Top Doctor Cites Importance of Psychological Health
By Lisa Daniel
American Forces Press Service
WASHINGTON, Feb. 8, 2011 - Psychological health is among the military's most critical and most promising areas of medical treatment, the Defense Department's assistant secretary for health affairs said today.
Speaking at the Defense Centers of Excellence for Psychological Health and Traumatic Brain Injury's Warrior Resilience Conference in Arlington, Va., Dr. Jonathan Woodson said nearly 10 years of war has caused an "immense" emotional toll on service members and their families.
"The work is heartbreaking and difficult, and progress is uneven and slow," he acknowledged to an audience that included health care providers, researchers, officers and noncommissioned officers, and family members.
But, Woodson said, the military has made unprecedented gains in the treatment and prevention of "the invisible wounds of war," and offers promise for more gains.
Woodson, a brigadier general in the Army Reserve, is a medical doctor and combat veteran who recently assumed his duties as the Pentagon's top medical official. Since taking the post, he said, he has become even more optimistic about the military's ability to prevent and treat psychological and emotional disorders in the future.
"My enthusiasm and commitment has only deepened since I've been in office and have been able to interact with people on a daily basis who are committed to solving these problems," he said. "You're professional, creative, and fresh, ... and working to find answers. And your work is vital to our national security."
Woodson noted the enormity of the effort to tackle psychological issues. "No nation in history has ever put forth more resources and attention to understanding how to treat psychological health," he said.
The military is increasingly "getting at the heart" of the problem by questioning how to increase resilience in service members before they are deployed for combat, and trying to figure out if resilience can be measured, Woodson said.
"You in this audience and those like you are uncovering some of the keys of what strengthens us," he said. "Coming at this from the point of view of the individual, how do we strengthen what they already possess?"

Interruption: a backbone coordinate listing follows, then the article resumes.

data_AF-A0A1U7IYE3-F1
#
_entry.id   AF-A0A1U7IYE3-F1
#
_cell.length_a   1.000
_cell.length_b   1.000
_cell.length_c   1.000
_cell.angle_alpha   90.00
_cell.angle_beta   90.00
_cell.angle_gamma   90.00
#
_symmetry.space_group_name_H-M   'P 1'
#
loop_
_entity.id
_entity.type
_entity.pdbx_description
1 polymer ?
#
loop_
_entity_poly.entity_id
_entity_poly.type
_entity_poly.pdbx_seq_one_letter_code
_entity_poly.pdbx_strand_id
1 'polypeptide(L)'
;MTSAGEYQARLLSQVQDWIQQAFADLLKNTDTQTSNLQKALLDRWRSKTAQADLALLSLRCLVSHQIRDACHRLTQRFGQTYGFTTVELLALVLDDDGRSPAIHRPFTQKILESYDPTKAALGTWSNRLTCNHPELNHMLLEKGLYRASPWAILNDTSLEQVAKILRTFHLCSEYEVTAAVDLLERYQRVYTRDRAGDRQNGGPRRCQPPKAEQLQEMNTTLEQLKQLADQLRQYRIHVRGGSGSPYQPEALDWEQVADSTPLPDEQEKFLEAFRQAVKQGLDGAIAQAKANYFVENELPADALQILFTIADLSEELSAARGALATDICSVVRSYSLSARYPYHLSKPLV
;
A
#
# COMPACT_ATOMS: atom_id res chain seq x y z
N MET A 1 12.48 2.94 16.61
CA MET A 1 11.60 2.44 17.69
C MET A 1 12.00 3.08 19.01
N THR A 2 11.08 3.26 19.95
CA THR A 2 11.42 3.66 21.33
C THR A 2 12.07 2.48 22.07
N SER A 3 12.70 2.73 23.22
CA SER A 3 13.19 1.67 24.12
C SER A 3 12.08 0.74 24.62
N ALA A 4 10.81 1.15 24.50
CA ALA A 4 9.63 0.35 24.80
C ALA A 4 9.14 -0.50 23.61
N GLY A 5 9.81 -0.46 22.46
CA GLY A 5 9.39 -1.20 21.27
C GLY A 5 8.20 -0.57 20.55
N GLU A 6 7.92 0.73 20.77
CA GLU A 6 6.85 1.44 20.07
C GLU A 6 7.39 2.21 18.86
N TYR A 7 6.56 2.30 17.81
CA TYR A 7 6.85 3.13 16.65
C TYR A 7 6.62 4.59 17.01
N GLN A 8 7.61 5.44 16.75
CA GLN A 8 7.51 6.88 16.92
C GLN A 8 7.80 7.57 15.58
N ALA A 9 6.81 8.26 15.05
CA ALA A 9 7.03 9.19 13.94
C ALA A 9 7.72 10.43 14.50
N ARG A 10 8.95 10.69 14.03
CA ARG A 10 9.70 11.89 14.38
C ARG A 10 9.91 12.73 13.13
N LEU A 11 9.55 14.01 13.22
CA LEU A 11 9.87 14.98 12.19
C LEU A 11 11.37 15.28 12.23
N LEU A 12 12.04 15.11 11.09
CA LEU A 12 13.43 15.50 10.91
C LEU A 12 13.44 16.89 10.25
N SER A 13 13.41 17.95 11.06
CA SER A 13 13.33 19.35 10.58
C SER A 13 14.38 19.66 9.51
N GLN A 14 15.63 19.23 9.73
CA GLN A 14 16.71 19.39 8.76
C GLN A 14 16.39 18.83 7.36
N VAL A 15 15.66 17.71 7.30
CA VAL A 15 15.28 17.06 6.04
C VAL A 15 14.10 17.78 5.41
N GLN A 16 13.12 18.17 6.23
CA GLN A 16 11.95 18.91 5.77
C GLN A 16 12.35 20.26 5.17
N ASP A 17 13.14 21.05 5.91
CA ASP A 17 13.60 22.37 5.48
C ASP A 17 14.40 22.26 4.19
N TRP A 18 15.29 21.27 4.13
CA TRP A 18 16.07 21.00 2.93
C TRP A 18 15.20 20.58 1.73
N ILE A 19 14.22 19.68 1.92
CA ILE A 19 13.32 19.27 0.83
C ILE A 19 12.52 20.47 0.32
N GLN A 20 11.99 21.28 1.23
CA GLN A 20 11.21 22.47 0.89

The services need a more comprehensive assessment of service members, including their emotional health, Woodson said. That begins, he added, with educating everyone, including families, about the signs that a person may be in distress.
"This begins with watching out for each other," he said. "It begins with the buddy on your left and the buddy on your right."
Woodson recounted the case of a soldier with whom he was deployed. While she was happy to communicate with her family over the Internet, he said, she also was becoming increasingly stressed by events back home.
When she learned her young son had been in an accident, "the guilt and stress took a significant toll on her," even though the boy made a full recovery, Woodson told the audience. That case, like so many, he said, required the watchful eyes and ears of her battle buddies to see the soldier through it.
"The mutual support we give each other is critical," Woodson said, adding that clinicians need to support each other, too. "We need all of you, and we need you to be healthy."
During a question-and-answer session, an Army National Guard colonel noted the increasing suicides in the Army Guard's ranks and said she is concerned that "we're not getting at which soldiers actually are at risk."
Recognition of those at risk is, indeed, critical, Woodson said.
"It will come down to us, as a community, understanding what is the profile of people at risk and acting on our suspicions of someone at risk," he said. "That's why we need to train families, as well.
"I don't see this it as developing tools as much as changing a culture, and educating about this multifaceted approach to mental health," he added.One of his challenges as assistant secretary of defense for health affairs is to be a good steward of public funds by determining which programs work well and which don't to determine priorities, Woodson said, ensuring funding isn't wasted on programs that are duplicative or ineffective.